Think about the hands who made your ‘must-haves’

Leah Newhouse, Reporter

Made in China. Made in India. The countries where clothing is made is evident, but there is another story about the hands who make these products.

Twenty -dollar jeans may make your butt and bank account look good, but there is a caveat that may change your decision of where you are willing to spend your money. This is that only 10 percent of the clothes in your closet were made by workers being paid enough money to support his or her family while working in a safe environment, according to Elizabeth Cline, author of “Overdressed: The Shockingly High Price of Cheap Fashion.”

Instead of paying unethical companies to mistreat their employees by paying them below minimum wage in a hostile factory, there is a better way to spend your money. That is to buy fair trade garments and textiles which are produced by safe companies who pay their workers the amount they deserve.

Unlike fair trade businesses, many global brands pay their employees under minimum wage for ungodly-like hours. This is an unfair sacrifice for people trying to make a living and supporting his or her family when they are only being paid a small amount of money.

In October of 2013 the Institute for Global Labor and Human Rights accused the clothing brand Gap Inc. of paying Bangladeshi workers less than 25 cents per hour to work for 100 hours a week, according to

If it surprises you that the jeans you are wearing were made by low-paid workers, you should be prepared to know that most of the clothes you own were produced in a sweatshop located in a developing country. These sweatshops are sometimes built poorly and can lead to destruction that could have been prevented.

The most fatal collapse occurred in Dhaka, Bangladesh on April 24, 2013. Rana Plaza building fell and was destroyed which killed 1,134 people and injured thousands more. This building contained five factories that produced clothing for 29 different global brands, including J.C. Penney and the Children’s Place, according to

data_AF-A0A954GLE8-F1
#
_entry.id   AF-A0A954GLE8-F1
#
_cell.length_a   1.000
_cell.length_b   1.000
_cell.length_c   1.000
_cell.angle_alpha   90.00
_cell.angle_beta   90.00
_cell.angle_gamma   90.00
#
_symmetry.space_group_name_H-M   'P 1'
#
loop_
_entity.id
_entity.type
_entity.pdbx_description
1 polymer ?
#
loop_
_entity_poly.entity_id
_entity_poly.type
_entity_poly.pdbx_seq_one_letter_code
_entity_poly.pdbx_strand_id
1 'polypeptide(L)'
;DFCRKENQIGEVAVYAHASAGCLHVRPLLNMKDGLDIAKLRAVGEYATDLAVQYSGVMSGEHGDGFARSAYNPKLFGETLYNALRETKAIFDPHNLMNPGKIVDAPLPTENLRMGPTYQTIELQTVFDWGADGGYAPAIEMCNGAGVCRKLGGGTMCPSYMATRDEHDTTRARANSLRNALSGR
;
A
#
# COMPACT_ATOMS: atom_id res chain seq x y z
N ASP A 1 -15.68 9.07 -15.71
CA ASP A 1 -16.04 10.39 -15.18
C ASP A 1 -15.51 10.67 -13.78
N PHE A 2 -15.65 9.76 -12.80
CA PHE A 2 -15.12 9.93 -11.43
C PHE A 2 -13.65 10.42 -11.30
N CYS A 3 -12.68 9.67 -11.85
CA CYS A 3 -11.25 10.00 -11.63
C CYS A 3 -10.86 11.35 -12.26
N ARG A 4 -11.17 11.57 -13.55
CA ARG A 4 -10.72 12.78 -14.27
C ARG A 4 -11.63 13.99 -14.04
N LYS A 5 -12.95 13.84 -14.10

On the other hand, fair trade allows their employees to work in a safe, clean environment.

The brand by Tavi works under fair trade principles. This clothing brand provides their workers with a lunch everyday, regular health checks and special treatment for women who are pregnant, according to Center for Global Impact. You can purchase byTavi products at Center for Global Impact located on 135. You can also buy other fair trade products at Global Gifts on Mass Ave.

Not only are fair trade workers given benefits, they are paid much more for the hard work that they put into making products.

According to “An Introduction to Human Geography: The Cultural Landscape,” a garment worker in Haiti producing clothes for the U.S. market is paid less than 1% of the retail price. On average, fair trade pays their employees ⅓ of the price.

So, the next time you wander into Forever 21 to buy a $1.50 camisole, think about the hands who made them. You can either make the decision to support a sweatshop with slave-like conditions or help a more caring business that nurtures their employee’s with providing good health and a good check.